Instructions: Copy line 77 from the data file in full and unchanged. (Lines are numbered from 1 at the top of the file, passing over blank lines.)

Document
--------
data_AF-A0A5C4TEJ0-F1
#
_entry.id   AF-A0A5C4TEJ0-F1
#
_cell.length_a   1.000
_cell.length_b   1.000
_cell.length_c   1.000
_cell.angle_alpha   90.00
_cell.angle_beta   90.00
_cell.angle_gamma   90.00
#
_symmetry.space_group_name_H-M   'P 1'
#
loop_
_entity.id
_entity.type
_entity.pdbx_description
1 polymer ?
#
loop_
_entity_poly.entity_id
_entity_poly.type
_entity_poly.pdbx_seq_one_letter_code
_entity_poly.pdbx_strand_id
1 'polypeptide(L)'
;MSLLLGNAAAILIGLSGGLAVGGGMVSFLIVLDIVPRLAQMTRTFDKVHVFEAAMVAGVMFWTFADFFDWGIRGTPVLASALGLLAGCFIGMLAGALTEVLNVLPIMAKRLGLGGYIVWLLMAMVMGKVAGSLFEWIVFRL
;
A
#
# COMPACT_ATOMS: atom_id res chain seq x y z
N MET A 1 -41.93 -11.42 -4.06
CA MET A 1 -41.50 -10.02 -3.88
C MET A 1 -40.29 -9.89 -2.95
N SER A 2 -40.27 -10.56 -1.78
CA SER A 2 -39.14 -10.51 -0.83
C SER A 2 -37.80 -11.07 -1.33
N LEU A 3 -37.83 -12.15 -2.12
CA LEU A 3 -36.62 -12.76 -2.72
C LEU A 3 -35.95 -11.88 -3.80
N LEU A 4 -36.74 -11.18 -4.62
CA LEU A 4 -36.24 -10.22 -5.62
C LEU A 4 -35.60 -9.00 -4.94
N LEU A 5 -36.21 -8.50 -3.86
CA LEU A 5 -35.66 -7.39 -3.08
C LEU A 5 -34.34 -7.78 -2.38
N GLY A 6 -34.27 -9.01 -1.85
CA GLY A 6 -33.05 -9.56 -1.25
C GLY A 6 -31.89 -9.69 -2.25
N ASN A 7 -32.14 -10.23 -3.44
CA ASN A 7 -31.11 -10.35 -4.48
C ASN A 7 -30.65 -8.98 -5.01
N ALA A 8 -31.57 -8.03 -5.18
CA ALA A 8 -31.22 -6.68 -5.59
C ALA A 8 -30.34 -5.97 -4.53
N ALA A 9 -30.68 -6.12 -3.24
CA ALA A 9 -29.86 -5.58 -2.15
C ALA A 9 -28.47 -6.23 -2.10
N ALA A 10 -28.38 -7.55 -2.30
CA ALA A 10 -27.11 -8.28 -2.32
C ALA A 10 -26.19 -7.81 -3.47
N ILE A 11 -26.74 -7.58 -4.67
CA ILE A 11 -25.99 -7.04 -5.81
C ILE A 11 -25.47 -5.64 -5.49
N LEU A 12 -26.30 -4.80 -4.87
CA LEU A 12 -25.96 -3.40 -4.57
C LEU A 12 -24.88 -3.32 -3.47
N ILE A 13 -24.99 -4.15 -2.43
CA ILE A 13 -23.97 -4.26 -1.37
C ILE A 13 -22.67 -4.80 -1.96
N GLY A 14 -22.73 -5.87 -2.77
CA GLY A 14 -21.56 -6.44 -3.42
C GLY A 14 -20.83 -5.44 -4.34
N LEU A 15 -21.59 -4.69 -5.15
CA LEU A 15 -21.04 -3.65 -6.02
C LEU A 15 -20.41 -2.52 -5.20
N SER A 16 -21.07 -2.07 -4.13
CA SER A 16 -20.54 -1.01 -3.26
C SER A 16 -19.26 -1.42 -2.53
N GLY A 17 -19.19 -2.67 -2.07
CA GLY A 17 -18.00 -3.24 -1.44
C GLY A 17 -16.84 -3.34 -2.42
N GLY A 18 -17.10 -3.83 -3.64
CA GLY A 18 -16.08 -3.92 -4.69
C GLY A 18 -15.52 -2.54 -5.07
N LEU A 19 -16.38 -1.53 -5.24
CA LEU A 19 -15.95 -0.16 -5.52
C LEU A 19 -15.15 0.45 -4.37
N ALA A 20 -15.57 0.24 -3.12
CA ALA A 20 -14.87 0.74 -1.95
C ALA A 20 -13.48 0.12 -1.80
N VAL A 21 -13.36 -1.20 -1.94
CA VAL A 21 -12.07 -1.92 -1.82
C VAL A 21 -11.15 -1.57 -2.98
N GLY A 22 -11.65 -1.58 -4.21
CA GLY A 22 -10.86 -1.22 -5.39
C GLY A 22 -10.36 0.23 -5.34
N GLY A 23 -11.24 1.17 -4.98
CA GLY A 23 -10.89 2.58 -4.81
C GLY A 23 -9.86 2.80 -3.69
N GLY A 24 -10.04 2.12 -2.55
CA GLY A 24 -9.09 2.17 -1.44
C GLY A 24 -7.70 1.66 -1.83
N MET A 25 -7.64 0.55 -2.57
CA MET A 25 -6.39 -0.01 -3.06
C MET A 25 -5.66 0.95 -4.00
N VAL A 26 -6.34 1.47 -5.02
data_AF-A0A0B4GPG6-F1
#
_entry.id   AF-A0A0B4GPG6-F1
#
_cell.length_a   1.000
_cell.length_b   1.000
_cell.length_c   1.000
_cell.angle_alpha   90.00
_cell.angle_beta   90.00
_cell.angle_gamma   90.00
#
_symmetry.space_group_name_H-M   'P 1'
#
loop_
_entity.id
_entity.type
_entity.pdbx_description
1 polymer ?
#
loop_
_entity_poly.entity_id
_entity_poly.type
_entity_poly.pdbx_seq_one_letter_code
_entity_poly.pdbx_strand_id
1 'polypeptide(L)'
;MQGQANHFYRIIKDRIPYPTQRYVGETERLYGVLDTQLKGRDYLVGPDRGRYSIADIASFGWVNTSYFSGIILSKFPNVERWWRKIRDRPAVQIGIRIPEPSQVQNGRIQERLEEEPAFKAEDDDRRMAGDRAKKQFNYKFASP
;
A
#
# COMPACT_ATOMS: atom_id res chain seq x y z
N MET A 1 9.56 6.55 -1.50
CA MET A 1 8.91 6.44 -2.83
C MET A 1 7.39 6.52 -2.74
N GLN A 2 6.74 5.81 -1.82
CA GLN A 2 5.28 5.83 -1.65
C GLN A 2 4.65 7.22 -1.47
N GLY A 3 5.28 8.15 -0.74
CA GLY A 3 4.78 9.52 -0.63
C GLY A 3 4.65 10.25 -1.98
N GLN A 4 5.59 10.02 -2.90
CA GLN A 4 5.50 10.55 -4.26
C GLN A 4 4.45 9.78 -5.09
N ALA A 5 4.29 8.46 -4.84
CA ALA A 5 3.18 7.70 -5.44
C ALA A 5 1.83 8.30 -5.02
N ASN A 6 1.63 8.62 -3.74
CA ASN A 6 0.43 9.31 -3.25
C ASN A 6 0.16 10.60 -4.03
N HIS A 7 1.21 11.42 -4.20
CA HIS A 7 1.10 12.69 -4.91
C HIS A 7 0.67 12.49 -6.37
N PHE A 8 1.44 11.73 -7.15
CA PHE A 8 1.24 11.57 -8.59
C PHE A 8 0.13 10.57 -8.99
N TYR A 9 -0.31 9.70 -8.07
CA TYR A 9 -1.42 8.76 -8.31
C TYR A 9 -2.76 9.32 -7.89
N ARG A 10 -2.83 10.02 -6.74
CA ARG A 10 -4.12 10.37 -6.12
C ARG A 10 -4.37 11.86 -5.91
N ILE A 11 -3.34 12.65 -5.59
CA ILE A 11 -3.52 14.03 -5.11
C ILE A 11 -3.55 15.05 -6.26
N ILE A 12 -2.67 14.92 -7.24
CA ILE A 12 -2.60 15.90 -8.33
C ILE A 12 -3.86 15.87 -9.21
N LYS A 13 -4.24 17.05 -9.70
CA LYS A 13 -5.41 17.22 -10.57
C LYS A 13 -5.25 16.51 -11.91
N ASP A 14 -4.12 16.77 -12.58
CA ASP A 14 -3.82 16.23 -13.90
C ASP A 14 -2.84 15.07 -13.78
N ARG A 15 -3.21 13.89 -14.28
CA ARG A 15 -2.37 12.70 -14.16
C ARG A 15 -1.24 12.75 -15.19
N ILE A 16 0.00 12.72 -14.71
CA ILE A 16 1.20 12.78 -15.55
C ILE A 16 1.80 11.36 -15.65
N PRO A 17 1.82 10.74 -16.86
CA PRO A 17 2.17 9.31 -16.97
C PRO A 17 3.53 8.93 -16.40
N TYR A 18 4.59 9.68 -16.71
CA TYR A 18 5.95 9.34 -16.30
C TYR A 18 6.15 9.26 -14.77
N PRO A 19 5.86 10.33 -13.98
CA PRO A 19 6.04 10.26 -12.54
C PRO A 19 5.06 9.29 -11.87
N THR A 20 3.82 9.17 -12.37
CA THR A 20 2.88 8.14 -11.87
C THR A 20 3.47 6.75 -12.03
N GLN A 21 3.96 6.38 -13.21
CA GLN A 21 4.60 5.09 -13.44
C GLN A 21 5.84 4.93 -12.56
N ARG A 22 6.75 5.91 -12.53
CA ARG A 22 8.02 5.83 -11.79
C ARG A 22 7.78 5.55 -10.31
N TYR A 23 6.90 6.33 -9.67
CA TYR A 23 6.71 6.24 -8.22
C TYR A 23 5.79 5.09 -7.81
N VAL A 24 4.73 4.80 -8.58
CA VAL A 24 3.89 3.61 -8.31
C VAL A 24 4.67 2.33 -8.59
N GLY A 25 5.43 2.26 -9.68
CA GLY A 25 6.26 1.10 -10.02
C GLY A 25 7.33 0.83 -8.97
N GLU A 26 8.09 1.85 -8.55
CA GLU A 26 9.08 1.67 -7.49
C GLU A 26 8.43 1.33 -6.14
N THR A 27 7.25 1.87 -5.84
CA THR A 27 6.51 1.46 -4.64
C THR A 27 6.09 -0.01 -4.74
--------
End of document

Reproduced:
CA SER A 16 -20.54 -1.01 -3.26